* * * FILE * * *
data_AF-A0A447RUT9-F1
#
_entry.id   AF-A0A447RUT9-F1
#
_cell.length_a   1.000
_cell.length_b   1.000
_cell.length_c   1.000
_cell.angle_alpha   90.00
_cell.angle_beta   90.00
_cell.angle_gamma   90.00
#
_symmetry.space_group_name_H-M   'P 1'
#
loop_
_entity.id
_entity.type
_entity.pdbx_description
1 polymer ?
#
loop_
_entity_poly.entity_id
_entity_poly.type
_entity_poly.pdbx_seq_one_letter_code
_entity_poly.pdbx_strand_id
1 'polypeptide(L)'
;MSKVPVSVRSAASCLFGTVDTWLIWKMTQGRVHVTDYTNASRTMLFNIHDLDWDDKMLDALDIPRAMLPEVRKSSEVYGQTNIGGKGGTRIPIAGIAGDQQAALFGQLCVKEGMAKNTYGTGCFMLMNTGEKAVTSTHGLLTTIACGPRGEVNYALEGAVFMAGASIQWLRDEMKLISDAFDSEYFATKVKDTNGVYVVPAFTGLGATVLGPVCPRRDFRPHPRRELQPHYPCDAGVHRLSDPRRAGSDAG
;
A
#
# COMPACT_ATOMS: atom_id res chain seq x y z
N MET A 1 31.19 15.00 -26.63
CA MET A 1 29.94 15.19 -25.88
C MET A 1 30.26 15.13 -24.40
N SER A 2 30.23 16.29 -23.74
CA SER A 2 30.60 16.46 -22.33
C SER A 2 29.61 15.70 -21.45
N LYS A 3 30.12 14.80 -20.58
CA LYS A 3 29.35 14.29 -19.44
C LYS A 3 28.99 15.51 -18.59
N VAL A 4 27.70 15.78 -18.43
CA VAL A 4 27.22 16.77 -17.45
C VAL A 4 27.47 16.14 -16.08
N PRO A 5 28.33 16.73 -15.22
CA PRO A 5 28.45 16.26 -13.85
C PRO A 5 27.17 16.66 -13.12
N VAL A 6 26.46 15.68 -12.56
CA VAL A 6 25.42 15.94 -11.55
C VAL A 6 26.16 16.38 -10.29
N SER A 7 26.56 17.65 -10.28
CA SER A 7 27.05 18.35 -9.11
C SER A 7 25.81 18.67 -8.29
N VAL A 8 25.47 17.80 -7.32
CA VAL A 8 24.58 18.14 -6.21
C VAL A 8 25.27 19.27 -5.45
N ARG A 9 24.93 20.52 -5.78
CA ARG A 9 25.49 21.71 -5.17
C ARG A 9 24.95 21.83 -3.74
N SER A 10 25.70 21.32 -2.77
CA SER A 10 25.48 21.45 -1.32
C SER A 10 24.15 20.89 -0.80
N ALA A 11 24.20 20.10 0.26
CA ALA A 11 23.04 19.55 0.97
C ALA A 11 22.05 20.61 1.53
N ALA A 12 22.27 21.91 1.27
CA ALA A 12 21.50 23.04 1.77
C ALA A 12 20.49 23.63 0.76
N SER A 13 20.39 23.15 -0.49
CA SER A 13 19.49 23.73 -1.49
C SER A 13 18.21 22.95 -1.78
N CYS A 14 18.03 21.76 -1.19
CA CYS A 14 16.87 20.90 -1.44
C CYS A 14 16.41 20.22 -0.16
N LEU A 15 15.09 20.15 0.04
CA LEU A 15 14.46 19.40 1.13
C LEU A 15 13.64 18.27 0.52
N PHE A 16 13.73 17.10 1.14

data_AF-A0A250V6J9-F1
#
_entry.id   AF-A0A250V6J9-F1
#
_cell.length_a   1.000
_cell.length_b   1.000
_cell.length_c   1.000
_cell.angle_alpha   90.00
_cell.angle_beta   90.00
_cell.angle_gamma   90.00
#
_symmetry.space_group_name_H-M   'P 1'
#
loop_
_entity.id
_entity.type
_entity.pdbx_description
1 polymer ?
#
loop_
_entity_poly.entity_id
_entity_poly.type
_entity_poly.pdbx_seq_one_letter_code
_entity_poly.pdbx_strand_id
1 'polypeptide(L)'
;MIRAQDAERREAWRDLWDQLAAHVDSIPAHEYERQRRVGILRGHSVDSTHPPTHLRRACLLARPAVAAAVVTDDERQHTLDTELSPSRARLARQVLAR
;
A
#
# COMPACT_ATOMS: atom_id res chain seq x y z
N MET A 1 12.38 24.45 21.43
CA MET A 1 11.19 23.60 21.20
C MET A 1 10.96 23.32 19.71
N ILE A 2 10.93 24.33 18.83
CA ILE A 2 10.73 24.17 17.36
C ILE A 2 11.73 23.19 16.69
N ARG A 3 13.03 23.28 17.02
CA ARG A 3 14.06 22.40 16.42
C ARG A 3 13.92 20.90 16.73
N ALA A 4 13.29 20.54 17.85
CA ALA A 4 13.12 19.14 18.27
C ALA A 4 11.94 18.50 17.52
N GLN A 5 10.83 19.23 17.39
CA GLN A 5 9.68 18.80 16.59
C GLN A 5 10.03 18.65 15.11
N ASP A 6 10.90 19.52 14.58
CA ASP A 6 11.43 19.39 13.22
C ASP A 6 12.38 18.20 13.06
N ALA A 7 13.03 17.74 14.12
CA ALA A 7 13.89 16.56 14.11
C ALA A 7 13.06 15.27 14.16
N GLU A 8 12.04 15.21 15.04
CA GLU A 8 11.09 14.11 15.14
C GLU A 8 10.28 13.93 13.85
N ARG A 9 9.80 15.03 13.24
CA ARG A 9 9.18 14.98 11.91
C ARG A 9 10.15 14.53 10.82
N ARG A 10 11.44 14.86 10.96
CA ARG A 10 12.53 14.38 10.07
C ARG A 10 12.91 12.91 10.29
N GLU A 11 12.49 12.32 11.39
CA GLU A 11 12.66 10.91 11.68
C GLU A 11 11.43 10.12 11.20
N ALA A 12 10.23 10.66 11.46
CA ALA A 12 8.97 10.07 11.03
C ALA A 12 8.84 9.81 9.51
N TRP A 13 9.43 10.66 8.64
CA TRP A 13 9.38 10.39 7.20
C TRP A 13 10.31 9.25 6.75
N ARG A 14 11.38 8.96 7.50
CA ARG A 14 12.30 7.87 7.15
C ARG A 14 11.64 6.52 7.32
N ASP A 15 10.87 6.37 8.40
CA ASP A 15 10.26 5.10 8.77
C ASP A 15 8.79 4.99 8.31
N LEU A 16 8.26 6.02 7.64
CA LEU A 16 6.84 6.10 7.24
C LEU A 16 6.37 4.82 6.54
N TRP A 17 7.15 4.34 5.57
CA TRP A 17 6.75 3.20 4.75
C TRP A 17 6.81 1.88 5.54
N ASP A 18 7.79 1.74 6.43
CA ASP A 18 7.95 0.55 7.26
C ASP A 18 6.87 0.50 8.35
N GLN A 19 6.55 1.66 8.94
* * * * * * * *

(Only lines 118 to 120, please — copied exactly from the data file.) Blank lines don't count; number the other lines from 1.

C ALA A 4 11.94 18.50 17.52
N GLN A 5 10.83 19.23 17.39
CA GLN A 5 9.68 18.80 16.59